The U.S. Department of Health and Human Services (HHS) Thursday announced a new payment model that aims to prevent one million strokes and heart attacks by 2017.
Speaking at the White House Conference on Aging regional forum in Boston, HHS Secretary Sylvia Mathews Burwell announced the "Million Hearts" model, which seeks to reduce the nation's 610,000 deaths a year from strokes or heart attacks, as well as the $315.4 billion annual cost, according to the announcement. Research last year also found that cardiovascular events are the leading cause of death worldwide.
Under the current model, the Centers for Medicare & Medicaid Services (CMS) pays providers based on specific goals relating to patient cholesterol, blood pressure or other factors. The new model rethinks this one-size-fits-all approach, opting instead for a data-driven predictive model that creates personalized risk scores for individual patients.
Providers that participate in the initiative will collaborate with beneficiaries to determine a percentage that represents their heart attack or stroke risk within the next 10 years. Providers will also identify risk reduction steps that work best for an individual patient, such as taking cholesterol-lowering drugs, reducing blood pressure or quitting smoking, to create a personalized plan. CMS will pay participants that cut their high-risk patients' absolute risk of stroke or heart disease, according to the announcement.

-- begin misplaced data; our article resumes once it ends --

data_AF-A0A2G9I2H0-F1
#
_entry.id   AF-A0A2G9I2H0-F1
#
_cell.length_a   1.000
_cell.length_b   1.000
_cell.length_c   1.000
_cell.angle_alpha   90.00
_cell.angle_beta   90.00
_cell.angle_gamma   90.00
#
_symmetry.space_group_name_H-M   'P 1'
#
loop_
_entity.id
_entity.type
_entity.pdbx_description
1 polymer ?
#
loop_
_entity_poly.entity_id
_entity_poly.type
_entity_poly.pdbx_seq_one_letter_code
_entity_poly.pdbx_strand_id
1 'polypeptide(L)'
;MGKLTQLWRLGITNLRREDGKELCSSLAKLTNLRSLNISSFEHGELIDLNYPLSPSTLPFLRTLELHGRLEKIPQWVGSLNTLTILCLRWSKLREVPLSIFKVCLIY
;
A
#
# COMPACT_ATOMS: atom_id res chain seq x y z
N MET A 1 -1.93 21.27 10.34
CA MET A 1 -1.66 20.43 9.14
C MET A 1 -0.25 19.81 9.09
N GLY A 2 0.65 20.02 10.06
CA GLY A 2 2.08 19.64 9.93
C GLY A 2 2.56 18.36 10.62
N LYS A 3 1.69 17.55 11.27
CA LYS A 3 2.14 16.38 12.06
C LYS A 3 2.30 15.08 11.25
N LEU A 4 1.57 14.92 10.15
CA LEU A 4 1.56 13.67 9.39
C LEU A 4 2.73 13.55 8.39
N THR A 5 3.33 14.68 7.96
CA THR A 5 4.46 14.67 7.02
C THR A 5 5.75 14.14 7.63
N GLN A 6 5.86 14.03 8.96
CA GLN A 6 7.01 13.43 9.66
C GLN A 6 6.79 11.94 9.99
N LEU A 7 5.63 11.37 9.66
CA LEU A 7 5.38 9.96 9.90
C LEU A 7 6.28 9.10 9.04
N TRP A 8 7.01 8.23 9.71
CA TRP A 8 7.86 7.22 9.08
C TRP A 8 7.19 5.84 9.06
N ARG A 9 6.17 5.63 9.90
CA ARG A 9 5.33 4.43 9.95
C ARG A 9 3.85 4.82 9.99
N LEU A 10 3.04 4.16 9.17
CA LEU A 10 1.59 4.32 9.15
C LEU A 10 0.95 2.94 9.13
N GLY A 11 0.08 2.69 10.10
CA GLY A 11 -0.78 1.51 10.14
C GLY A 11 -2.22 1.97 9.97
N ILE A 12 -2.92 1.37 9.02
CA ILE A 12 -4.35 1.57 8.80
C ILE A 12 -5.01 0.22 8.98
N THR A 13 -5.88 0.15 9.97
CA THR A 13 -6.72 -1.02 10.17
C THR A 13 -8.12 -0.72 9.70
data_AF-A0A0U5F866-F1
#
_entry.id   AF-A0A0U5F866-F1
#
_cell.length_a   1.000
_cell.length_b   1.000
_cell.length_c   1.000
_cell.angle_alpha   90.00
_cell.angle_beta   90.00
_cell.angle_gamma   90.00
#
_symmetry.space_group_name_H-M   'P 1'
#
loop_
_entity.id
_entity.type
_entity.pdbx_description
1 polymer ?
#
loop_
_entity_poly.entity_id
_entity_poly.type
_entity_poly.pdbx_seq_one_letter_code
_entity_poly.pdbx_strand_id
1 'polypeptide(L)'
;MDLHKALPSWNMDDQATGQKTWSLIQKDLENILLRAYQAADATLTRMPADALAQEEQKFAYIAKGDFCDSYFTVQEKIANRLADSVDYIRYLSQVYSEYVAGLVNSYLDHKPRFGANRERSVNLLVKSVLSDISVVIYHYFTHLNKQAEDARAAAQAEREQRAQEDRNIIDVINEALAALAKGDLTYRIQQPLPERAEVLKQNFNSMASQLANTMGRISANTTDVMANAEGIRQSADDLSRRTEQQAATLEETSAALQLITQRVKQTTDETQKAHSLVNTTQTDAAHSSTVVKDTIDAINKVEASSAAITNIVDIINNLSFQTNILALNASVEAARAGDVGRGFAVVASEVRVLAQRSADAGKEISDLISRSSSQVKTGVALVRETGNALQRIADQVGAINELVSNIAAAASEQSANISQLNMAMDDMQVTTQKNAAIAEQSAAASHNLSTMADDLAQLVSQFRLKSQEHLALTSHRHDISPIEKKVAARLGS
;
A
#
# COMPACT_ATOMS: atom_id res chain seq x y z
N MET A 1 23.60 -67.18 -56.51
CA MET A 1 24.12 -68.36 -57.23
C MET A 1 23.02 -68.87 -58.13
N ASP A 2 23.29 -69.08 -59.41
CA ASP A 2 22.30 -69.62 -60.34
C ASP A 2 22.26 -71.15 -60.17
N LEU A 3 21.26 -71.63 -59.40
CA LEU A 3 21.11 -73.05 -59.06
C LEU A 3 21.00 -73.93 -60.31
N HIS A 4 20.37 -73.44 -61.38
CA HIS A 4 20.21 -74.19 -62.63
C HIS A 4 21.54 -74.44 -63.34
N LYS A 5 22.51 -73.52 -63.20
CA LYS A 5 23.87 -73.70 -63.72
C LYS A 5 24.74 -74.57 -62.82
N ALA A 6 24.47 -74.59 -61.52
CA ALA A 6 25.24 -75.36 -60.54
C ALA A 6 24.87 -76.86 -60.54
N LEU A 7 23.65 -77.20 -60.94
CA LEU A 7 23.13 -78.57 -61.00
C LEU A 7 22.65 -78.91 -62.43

CMS is now accepting applicatins for the initiative, which will operate for five years and plans to enroll 300,000 participants. CMS seeks practices of several sizes and patient mixes, including general practice, internal medicine, cardiovascular care or hospital-owned physician practices, according to the initiative's fact sheet. The agency will select 360 experimental practices and 360 control group practices from the applicant pool.
A 2014 study found that if all states had the same mortality rates as those with the lowest rates, 34 percent of premature heart disease deaths and 33 percent of premature stroke deaths could be prevented--a combined total of nearly 200,000 people.